Inner cleanliness: everybody's doing detox
IF DECEMBER is the month of indulgence, January is for atonement, and the modern equivalent of a hairshirt - the detox kit - is flying off the shelves at chemists and health food shops as Sydneysiders try to purge their bodies of the excesses of the festive season.
Shane Bryan of Balmain Health Foods said detox-related sales rise by up to 70 per cent in January. "It's the biggest month of the year; everyone wants to get over the Christmas-new year period.
"Things to do with liver detoxing, anything like that, is very popular. We sell a lot of liver cleanser and whole-body detoxes. We always keep them well in stock and out the front of the stores."
Demand is surging: in the past year the detox market grew 90 per cent and was now worth $13 million, said Cecilia Howard, marketing director for Black mores, which sells a 10-day program.
Detoxes range from diets designed by nutritionists to ready-made kits, which include strict dietary guidelines, menus and herbs to help cleanse the liver, stomach and intestines.
Some say detoxing rids the body of impurities but others say that claim is not backed by scientific evidence.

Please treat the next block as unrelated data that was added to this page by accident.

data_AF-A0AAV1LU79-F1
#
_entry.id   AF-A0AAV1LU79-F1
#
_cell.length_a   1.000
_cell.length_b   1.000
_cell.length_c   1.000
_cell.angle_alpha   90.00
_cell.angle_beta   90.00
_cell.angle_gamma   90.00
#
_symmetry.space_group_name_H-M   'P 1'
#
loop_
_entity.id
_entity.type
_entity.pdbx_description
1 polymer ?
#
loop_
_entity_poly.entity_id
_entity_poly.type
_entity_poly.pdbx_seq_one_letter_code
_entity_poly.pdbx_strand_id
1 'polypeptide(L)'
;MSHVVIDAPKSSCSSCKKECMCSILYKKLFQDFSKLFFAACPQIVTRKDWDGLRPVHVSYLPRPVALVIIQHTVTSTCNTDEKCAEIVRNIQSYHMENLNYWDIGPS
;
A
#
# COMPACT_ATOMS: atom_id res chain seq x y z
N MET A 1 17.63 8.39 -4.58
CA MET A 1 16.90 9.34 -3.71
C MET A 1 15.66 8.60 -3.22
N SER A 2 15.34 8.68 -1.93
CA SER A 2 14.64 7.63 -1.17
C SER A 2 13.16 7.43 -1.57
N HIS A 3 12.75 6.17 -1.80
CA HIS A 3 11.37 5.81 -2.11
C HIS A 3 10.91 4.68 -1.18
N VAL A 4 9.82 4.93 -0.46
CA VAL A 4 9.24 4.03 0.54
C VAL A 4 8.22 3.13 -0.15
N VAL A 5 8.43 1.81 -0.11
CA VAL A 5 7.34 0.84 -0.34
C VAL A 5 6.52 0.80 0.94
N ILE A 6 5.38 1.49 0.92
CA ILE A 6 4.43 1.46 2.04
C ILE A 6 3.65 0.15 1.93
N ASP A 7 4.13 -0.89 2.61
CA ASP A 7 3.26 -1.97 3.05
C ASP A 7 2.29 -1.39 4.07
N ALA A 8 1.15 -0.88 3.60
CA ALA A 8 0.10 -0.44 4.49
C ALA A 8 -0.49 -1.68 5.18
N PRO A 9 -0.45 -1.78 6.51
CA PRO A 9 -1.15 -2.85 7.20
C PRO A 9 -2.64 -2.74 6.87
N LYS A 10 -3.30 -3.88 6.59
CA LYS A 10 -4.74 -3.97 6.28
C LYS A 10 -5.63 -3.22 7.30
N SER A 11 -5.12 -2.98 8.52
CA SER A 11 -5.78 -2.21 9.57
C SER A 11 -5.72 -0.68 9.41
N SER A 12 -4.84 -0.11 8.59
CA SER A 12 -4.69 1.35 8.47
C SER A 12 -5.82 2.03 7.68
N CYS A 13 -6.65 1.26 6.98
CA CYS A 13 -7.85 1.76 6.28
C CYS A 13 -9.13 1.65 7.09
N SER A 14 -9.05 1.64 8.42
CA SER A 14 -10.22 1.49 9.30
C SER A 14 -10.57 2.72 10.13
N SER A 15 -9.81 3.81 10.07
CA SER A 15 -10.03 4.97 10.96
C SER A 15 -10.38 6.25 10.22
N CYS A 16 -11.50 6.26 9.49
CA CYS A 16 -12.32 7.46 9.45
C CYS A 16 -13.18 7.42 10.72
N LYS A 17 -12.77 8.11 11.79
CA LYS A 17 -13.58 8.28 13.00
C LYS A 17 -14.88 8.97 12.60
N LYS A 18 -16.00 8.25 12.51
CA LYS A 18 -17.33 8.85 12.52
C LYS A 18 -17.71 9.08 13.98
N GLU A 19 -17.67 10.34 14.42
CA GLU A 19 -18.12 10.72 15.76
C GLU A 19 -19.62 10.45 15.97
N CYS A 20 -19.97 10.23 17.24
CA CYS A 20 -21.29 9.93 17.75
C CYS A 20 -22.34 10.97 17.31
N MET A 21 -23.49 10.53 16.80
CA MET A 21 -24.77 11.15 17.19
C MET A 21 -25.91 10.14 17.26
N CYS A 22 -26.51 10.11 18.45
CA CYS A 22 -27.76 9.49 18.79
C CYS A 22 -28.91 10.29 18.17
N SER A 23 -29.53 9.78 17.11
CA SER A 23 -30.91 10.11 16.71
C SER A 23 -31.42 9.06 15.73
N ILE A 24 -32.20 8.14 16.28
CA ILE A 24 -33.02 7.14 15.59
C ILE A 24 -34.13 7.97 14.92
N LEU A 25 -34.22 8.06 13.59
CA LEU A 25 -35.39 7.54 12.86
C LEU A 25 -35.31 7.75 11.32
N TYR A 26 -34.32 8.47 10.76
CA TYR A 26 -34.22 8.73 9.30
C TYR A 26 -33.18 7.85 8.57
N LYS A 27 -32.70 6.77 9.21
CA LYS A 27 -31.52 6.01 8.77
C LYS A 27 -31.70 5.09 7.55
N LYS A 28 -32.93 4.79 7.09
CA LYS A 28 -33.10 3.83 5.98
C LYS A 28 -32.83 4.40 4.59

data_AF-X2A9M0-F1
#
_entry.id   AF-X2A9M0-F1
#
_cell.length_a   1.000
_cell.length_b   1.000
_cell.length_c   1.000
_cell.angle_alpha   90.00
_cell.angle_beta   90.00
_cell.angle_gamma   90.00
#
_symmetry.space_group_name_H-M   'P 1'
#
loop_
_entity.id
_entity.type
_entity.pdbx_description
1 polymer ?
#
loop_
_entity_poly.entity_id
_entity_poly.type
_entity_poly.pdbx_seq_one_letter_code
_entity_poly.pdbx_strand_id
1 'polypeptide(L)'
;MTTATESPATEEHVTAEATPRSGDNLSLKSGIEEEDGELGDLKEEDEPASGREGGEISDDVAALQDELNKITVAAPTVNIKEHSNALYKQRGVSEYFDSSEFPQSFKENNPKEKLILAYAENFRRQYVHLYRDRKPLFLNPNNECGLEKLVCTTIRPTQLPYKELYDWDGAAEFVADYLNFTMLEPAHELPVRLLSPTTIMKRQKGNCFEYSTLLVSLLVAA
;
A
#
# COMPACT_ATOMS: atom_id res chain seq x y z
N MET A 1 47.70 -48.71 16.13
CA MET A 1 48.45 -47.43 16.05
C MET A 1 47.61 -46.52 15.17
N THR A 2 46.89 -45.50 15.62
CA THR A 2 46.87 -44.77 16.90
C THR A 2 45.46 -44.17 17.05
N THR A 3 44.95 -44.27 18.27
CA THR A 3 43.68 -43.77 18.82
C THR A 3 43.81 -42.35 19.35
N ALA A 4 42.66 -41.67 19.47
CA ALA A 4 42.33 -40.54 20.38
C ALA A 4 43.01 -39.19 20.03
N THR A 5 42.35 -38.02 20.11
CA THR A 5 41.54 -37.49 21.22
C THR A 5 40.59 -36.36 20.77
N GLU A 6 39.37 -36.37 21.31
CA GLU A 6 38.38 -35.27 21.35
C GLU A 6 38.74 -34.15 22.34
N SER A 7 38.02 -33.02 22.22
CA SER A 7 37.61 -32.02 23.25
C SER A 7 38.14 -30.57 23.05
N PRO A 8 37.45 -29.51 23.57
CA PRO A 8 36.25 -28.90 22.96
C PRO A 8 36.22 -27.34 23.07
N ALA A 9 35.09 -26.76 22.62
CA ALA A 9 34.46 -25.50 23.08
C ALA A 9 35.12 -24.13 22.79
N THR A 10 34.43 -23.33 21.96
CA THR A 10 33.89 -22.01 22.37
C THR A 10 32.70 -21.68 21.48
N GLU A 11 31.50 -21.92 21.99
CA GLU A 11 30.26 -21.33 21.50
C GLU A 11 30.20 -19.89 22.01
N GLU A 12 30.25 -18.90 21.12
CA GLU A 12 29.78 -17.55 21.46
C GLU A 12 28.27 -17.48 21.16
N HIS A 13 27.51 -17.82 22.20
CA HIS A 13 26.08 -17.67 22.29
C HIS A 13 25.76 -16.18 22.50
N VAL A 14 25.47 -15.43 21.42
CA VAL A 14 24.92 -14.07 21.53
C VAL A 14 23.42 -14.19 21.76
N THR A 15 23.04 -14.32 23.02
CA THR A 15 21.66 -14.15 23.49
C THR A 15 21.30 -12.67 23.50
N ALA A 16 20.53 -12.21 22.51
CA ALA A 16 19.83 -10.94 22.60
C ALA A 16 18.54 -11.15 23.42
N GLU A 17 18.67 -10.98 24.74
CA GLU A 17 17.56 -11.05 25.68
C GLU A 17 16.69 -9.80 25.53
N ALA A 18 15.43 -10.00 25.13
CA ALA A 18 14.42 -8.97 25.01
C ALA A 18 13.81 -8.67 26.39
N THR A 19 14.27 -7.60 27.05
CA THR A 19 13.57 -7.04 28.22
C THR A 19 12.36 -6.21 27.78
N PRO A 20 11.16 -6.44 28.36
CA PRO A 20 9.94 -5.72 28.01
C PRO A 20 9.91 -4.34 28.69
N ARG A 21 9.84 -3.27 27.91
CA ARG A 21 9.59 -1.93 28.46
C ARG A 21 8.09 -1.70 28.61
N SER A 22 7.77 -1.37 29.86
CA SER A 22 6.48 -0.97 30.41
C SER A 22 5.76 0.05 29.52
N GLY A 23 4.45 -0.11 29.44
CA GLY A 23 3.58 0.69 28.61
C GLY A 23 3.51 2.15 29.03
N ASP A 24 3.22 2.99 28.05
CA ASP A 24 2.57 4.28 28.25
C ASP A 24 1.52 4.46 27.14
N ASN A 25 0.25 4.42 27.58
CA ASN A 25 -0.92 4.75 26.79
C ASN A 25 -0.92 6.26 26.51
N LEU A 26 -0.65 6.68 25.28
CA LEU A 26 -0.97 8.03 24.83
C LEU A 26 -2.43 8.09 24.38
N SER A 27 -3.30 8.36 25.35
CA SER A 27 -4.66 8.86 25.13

The kits can cost up to $100. Their demands differ, but most recommend avoiding caffeine, alcohol, cigarettes and refined sugar, and advice ingesting plenty of water and vegetables.
Sarah Gawthorne, 26, of Kirribilli, is a regular detoxer. She finished a 15-day kit last month after a run of parties and has now embarked on a post-Christmas plan. "I want to give my liver a break, make myself feel a bit better," she said.
Giving up dairy, alcohol and red meat was not too hard; coffee was harder. "I have no qualms in saying I have a coffee addiction. I have coffee in the morning and I need it to kick-start the day."
Ms Gawthorne said she usually felt poorly in the first few days of a detox program, but by the end of it her skin has improved and she had lost weight. "I feel a lot more energetic."
A nutritionist, Fay Fain, said detoxing eliminated bad bacteria, food that could not be absorbed, parasites and even mould. It helped banish bloating, indigestion, constipation and tiredness. "The best time to cleanse is normally January or spring," she said. "It's a kick-start to the system … if you have over-indulged, especially after alcohol and eating all that rich food at Christmas."
However, the Australian Consumers Association said that while some information in the kits was useful, some was scientifically unproven and confusing.
"The message to consumers is, we don't necessarily need a detox kit to improve our health," said Clare Hughes, a food policy officer. "Long-lasting changes like increasing fruit and vegetable, limiting caffeine, cigarettes and alcohol, are going to be of much more benefit to our health than spending the $50 or $60 it costs to get one of these kits."
Source : The Sydney Morning Herald
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